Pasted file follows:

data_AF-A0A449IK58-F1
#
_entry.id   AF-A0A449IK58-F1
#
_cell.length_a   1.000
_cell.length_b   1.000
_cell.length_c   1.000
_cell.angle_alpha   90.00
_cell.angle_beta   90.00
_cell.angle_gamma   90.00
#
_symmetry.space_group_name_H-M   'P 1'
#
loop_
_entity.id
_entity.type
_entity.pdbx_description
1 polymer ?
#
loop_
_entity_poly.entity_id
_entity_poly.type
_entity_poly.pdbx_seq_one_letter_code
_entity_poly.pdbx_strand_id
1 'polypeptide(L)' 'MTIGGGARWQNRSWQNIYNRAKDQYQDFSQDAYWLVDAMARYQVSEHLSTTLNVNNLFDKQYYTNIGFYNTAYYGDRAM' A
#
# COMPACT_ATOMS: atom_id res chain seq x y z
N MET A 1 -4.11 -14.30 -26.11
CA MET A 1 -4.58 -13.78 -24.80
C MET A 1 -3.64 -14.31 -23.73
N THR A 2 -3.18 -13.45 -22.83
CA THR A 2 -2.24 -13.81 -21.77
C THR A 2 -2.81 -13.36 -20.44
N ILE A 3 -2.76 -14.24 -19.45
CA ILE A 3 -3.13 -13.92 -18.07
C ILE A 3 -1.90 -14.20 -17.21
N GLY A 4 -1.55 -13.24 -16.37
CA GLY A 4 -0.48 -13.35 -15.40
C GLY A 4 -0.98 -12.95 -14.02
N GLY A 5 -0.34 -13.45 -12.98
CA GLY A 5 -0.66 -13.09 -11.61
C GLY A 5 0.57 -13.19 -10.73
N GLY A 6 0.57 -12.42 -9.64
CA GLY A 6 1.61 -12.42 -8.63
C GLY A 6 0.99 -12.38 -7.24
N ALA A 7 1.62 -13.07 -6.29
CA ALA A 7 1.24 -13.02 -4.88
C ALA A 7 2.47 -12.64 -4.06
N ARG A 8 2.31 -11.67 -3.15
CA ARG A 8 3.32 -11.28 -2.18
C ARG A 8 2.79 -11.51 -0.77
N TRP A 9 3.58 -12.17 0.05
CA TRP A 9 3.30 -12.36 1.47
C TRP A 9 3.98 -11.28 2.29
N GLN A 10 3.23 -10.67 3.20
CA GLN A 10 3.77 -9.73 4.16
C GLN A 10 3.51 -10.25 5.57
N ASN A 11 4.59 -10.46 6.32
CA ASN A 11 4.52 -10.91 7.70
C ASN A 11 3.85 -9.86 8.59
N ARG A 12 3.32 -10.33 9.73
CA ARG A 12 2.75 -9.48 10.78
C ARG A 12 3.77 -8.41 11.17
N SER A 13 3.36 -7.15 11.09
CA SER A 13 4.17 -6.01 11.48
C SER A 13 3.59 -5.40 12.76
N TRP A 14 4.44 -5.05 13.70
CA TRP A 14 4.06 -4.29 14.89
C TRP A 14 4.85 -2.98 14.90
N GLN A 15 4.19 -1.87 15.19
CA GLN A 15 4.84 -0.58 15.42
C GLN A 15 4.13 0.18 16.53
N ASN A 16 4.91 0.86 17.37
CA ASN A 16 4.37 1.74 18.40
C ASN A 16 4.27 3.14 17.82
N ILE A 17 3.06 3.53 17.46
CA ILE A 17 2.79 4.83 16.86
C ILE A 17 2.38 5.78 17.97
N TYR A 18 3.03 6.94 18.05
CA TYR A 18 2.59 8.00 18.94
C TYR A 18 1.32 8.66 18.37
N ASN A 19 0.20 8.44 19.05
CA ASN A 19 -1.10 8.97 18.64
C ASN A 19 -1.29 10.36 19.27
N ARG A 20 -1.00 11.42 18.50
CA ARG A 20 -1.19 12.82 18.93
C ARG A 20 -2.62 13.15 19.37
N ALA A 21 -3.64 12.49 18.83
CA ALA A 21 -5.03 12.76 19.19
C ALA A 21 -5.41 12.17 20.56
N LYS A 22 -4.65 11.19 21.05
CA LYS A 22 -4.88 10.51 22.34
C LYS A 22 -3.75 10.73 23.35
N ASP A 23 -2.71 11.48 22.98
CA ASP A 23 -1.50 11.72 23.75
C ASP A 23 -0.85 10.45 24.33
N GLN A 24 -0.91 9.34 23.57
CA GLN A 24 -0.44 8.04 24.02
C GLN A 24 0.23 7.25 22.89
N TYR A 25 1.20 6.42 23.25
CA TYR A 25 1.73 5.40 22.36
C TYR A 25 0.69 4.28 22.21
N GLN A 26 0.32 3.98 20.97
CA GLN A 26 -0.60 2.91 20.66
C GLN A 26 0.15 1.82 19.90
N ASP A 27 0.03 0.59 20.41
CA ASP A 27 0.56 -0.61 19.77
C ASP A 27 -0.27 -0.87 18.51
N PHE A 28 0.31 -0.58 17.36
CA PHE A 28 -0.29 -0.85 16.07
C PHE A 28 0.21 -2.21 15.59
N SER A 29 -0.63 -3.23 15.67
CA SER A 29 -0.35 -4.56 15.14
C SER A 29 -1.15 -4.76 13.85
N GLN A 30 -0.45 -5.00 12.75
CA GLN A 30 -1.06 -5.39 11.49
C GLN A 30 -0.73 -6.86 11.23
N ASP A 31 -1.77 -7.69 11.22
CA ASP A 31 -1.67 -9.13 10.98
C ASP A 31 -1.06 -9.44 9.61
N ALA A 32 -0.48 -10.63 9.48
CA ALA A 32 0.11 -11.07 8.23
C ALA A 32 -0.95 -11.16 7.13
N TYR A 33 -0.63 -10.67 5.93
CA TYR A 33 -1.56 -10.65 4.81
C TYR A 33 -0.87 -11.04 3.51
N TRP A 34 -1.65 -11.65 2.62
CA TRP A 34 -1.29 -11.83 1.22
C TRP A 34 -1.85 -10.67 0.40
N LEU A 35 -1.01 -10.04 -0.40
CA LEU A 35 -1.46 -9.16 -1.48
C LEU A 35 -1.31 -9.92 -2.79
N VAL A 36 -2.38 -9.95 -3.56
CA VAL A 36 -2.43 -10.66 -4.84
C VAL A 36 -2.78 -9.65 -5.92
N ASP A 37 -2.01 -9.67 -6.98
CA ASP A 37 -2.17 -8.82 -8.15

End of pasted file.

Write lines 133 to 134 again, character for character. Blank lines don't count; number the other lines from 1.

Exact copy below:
N VAL A 36 -2.38 -9.95 -3.56
CA VAL A 36 -2.43 -10.66 -4.84